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Only guillotine lock for 2,000 miles of waterway gets a refurbishment

Guillotine lock Photo: Canal and River Trust

As part of its first annual waterway stop page programme, the Canal & River Trust is undertaking major maintenance and repair works on the Stratford-upon-Avon Canal.

The canal, which was built between 1793 and 1816 and runs for 25½ miles, will have 15 different maintenance projects this winter to ensure the on-going smooth and safe passage for its many boating and towpath visitors.

Guillotine lock is being refurbished Credit: Canal and River Trust

Locks 9 and 16 near Lapworth are both receiving new top end single lock gates, as well as repairs to the bottom gates which will extend their life.

Lock gate making and fitting is an extremely skilled and traditional trade and one that remains essential to the waterways.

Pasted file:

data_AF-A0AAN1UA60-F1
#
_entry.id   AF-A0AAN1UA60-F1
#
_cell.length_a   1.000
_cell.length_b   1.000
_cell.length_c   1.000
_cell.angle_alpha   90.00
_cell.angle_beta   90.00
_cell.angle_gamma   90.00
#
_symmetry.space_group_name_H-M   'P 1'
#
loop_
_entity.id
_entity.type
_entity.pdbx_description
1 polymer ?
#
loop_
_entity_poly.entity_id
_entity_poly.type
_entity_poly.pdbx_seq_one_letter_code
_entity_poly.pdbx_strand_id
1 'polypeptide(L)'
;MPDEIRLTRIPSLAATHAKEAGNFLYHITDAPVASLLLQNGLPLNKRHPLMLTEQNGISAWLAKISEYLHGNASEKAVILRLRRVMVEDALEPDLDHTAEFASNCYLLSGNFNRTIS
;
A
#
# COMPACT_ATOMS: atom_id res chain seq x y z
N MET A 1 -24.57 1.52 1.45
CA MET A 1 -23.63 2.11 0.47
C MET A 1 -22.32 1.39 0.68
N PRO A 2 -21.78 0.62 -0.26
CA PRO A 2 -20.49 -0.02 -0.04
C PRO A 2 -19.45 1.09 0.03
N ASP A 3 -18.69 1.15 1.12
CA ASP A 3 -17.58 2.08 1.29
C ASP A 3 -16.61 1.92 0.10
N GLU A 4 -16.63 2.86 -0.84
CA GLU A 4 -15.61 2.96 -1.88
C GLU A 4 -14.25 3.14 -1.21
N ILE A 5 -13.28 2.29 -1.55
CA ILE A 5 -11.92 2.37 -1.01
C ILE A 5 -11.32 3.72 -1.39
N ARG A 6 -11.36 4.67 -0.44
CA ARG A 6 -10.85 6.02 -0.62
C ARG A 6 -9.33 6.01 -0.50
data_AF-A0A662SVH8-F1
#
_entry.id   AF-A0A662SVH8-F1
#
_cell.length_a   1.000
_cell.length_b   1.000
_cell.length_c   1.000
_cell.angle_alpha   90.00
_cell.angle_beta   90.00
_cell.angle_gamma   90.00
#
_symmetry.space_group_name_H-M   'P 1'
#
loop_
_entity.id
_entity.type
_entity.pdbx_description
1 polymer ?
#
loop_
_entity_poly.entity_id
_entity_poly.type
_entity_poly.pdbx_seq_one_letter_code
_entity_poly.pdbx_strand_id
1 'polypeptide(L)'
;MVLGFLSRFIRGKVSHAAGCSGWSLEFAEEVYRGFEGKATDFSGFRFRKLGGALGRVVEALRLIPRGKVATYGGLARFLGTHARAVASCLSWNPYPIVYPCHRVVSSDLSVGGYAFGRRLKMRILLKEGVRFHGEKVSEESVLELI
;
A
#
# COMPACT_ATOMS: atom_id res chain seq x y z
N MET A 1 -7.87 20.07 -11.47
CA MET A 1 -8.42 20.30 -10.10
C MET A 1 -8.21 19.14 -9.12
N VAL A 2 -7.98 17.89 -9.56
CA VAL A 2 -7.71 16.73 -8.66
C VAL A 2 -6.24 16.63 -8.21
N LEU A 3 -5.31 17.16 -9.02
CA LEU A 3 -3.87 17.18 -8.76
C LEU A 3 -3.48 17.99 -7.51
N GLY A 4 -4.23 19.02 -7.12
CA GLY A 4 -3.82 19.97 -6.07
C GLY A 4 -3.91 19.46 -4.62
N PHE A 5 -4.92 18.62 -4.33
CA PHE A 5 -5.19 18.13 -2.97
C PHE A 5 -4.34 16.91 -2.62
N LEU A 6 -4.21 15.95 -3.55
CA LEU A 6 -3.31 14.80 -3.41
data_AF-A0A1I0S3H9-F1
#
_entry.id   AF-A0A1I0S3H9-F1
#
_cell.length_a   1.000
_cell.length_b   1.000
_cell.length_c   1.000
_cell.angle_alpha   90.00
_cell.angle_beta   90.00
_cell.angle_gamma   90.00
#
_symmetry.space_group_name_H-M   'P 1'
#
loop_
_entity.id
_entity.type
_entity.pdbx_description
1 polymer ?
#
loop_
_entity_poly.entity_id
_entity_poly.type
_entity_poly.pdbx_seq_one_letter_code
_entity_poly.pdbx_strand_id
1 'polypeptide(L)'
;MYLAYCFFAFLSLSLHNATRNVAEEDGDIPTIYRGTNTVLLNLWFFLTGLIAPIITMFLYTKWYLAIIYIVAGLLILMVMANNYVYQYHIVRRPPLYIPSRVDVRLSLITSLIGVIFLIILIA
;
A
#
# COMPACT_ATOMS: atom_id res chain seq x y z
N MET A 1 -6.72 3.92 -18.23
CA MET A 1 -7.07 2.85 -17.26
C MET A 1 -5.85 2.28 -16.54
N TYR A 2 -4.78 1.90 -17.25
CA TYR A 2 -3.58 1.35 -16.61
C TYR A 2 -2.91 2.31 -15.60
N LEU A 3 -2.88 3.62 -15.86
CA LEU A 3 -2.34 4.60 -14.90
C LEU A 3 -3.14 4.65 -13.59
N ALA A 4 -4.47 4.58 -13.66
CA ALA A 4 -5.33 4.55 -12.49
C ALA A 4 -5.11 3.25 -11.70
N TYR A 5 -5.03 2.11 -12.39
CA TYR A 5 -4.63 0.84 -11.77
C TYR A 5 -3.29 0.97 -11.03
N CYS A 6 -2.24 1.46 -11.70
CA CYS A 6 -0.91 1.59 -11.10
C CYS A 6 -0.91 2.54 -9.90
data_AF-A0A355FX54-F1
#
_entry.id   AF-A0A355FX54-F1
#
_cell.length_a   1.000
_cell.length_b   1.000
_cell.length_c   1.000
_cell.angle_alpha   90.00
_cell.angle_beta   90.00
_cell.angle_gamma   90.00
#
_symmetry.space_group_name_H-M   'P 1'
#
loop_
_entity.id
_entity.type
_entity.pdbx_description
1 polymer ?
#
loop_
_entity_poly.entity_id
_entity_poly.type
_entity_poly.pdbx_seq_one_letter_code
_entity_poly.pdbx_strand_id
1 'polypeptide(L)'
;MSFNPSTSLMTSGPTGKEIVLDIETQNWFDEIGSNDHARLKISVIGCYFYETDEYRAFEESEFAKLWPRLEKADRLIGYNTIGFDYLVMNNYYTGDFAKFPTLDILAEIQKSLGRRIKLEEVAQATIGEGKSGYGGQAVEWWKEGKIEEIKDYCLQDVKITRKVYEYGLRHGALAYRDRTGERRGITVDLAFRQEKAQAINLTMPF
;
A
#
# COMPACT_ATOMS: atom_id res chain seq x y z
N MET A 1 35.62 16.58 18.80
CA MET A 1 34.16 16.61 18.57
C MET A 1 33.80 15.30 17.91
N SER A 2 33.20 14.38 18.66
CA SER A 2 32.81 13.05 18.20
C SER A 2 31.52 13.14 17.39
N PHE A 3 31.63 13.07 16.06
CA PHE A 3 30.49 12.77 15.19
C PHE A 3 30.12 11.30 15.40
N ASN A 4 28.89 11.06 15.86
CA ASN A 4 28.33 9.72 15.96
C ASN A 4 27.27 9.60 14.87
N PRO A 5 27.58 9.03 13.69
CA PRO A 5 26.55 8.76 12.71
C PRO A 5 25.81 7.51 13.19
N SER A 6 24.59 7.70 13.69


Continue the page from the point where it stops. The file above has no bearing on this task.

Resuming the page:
Lock gates are constructed with tremendous strength as they have to control huge water pressures, take the hard usage they get from the thousands of boats which use them each year and survive for a long time underwater at the mercy of the elements.

The lock refurbishment begins today Credit: Canal and River Trust

As part of the winter works, Guillotine Lock in Kings Norton will be completely refurbished.

Unfortunately, the lock, which is the only guillotine gated stop-lock on the 2,000 miles of Canal & River Trust waterways, has in recent years been subject to neglect and vandalism and, in 2011, was placed on the English Heritage ‘At Risk’ register.

To take this special structure off the list and preserve this important and rare waterway wonder, skilled heritage engineers will carry out repairs to the brickwork and sandstone in the chamber walls and the lock gate structure.

Repairs will also be made to the non-operational timber lock gates and cast iron lock gate fittings. Engineers will also remove silt and debris within the lock chamber.

The lock gate has been damaged by vandals over the years Credit: Canal and River Trust